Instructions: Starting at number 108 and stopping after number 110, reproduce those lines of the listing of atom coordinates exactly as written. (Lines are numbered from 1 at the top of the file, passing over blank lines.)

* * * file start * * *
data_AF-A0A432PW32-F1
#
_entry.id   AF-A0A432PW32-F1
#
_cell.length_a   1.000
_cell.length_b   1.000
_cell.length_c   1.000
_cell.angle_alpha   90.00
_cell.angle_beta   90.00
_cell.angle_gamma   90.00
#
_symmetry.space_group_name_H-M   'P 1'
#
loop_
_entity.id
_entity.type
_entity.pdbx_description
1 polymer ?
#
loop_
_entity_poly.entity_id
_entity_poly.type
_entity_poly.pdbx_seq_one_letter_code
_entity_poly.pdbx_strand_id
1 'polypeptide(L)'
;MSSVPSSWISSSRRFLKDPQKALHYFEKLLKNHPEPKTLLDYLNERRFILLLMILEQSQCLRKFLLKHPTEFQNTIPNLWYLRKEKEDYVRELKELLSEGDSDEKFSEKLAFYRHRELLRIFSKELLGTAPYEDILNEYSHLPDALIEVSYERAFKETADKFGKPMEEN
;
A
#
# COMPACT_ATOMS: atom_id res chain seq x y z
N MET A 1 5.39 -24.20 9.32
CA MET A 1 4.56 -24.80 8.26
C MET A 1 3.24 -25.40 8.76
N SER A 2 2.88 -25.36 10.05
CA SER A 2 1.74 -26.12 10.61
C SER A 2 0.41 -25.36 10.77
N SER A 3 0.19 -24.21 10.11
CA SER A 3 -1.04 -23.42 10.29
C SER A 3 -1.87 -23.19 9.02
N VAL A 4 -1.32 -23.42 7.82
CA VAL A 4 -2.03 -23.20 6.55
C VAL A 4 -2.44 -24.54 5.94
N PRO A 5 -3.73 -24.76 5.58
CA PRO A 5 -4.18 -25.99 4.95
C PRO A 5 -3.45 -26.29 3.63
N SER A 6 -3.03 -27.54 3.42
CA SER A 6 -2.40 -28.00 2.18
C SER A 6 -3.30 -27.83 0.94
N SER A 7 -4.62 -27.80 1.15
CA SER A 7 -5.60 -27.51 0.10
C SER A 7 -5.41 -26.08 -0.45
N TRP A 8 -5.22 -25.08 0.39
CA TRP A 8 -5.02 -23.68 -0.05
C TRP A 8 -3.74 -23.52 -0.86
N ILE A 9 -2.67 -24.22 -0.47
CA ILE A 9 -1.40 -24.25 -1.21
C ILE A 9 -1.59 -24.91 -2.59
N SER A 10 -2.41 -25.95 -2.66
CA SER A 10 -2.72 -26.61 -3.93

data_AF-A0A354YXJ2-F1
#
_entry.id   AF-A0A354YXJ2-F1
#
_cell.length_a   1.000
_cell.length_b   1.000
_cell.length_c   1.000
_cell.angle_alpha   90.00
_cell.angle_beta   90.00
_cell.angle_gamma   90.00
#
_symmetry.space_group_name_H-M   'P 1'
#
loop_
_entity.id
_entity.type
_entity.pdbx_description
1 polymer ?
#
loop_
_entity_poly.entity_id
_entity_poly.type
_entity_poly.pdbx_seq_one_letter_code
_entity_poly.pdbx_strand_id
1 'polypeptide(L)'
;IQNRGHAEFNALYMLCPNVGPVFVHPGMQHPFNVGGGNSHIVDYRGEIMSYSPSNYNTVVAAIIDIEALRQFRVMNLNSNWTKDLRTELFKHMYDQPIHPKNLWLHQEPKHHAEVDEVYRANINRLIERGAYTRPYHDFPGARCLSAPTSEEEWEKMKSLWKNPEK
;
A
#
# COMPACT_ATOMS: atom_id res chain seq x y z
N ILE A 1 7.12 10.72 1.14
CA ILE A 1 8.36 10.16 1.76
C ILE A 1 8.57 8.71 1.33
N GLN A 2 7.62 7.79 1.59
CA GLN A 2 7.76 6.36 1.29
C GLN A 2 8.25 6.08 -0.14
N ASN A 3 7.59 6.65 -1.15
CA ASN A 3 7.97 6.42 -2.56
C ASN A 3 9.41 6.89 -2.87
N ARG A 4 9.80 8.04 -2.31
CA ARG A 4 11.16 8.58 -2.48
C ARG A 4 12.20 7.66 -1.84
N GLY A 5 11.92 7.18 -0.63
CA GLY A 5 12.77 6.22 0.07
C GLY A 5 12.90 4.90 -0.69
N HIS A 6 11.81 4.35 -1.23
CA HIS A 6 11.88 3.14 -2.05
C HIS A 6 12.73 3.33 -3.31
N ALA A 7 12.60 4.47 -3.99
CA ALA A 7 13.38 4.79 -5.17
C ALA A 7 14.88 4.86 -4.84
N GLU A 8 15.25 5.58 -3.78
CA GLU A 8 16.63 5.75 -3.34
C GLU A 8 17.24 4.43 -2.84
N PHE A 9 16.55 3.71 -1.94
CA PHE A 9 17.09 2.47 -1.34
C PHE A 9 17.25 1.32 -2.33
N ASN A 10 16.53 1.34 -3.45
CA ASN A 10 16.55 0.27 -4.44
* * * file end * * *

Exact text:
N ALA A 7 12.60 4.47 -3.99
CA ALA A 7 13.38 4.79 -5.17
C ALA A 7 14.88 4.86 -4.84